Dave expounds on his Clos Andre 2008, a Cap Classique (we don’t call them Champagne as you know, as the name has been trademarked). A lot of what he says is beyond me – stablising tartaric acid and the way he allows the wine to settle in a riddling rack and riddles it at quarter turn every day until it eventually releases the residue that has gradually built up in the neck of the bottle.
But he is very good at telling a story, and I am caught up in the story of wine making before I know it. “The pre-requisites of a good champagne,” Dave continues, “is that it is not too yellow, not too clear, with fine bubbles rising.” We all duly sip. Some of us a little more than others, and within a very short period the room is humming with laughter and commentary (not many of us have had dinner).
The Clos Andre is followed by a Sauvignon Blanc, which we all sip with abandon. In between sips we learn that the Constantia Valley does not spray their grapes. High Constantia uses wasps and ladybirds as their major biological control.
“South Africans,” mutters Dave darkly, “like their Sauvignon Blanc preferably as we pick the grapes, whilst Europeans like it aged.” He continues to explain how the wine is pale straw colour and that it lies in a tank for a whole year. For it to age, it rests for five to seven years.
Someone asks a question about sulphur in wines. Dave explains that if you’re concerned about sulphur, buy wines with a screw top as these naturally have lower sulphur content. He then goes on at some length to explain that the better the wine, the lower sulphur content. Those wines with a poor grape quality need to add more sulphur to lower the ph balance of the wine.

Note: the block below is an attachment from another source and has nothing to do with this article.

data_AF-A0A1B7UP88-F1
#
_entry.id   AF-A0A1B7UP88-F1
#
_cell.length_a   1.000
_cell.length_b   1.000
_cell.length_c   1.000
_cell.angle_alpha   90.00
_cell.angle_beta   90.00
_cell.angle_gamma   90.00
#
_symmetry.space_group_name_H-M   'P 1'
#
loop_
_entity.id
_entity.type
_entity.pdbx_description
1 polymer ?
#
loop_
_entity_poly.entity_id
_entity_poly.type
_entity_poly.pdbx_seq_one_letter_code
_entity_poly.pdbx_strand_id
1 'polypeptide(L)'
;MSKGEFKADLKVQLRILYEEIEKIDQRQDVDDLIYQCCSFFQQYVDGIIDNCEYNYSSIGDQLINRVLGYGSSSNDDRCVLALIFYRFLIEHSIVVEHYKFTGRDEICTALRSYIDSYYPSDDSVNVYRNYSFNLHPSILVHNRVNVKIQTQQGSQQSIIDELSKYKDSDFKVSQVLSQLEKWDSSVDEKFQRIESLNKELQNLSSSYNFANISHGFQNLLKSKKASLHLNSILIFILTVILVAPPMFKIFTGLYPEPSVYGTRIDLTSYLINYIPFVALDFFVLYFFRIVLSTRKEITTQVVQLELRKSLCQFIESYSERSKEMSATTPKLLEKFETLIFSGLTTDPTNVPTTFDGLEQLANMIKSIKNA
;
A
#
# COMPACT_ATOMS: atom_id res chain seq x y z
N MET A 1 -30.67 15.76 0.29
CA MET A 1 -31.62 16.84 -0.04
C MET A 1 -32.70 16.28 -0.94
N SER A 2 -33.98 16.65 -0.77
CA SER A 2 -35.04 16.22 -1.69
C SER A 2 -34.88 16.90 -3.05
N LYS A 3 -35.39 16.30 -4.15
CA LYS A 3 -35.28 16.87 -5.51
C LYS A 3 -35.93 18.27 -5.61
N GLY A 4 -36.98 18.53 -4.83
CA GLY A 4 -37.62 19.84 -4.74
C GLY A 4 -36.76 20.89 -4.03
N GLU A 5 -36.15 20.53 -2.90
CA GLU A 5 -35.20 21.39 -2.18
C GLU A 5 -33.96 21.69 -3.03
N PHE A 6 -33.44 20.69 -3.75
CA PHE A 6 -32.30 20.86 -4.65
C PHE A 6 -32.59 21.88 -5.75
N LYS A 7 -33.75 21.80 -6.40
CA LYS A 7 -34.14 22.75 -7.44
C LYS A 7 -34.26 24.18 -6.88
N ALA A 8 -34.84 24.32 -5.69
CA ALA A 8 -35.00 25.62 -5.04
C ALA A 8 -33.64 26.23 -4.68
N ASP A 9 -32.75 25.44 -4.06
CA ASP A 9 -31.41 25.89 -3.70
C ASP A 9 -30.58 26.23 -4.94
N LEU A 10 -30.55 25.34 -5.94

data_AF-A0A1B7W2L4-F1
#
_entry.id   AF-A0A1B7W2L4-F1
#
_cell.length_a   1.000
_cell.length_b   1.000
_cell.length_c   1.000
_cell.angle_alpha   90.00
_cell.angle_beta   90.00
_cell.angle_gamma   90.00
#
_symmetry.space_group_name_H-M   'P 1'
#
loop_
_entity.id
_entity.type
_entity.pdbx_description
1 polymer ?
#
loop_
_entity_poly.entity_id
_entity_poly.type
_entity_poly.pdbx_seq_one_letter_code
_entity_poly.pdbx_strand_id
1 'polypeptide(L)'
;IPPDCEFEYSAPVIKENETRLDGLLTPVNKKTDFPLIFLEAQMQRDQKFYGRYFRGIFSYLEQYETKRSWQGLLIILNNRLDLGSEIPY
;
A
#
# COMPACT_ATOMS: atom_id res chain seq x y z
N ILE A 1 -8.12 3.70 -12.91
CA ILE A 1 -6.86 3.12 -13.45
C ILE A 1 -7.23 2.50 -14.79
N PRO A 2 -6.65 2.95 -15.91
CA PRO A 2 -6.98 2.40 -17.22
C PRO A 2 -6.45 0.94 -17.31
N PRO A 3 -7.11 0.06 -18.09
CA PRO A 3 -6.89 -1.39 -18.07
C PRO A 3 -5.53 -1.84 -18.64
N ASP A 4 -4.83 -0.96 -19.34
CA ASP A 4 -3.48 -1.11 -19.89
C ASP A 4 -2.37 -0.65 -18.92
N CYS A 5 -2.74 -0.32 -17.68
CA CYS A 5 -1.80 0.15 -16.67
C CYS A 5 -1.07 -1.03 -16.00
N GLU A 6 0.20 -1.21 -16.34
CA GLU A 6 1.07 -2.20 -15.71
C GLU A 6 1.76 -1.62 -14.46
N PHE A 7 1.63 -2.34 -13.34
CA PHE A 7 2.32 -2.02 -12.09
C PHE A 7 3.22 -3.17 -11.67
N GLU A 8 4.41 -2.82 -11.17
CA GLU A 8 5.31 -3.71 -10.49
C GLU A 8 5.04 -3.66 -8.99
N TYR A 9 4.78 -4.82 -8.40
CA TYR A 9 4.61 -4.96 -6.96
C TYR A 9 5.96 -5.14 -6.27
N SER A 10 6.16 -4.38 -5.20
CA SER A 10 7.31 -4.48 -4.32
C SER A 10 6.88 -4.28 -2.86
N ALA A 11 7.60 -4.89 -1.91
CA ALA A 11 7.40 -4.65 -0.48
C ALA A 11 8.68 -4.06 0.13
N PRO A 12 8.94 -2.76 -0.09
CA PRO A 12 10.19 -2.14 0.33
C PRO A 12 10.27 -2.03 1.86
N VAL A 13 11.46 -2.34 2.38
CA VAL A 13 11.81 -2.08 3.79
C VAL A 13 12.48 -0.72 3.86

“The bottom line,” says Dave, “ – is not to use unhealthy grapes in the wine making process”.
By now we’ve moved on to the Malbec 2006 and I’m really getting into this wine tasting session. The High Constantia Malbec must be one of the most wonderful wines ever to pass my palate (which isn’t saying much, but I do know a bad wine when it burns my throat).
The wine, which has 4 stars, tastes of ‘spiced pears, peppery blackberries and dark cherries…’. It is matured in French oak, new and second fill barrels for 12 months and I can personally vouch for it, as I can for the Cabernet Franc that followed. It is exceptional. It also has 4 stars and is described beautifully as ‘sun ripe, lush, mouth-coating wine, earthy sweet red berries.”
I return to High Constantia a couple of weekends later to take in the views from the veranda. Just across the pond from the veranda is the former manor house of High Constantia. Today it’s the Schoenstadt nunnery, part of the Catholic Church.
Karin explains to me that Dave is both the viticulturist and viniculturist. So he prepares the soil, plants and grows the vines and makes the wine. He uses 14.5 hectares around the Constantia Valley, one of which we can see extends its way up the side of the valley in the distance.
The wine estate has a real hands-on feel to it. Nothing is rushed here. All is done in a perfect way at the right moment. What it lacks for in size, High Constantia makes up for in quality. I’m encouraging everyone I know to visit this tucked away Constantia Valley wine farm, and get a taste of heaven.
Useful Constantia Links:
Where to Find Them:
Address: Groot Constantia Road, Constantia, Cape Town
Telephone: +27 (021) 794-7171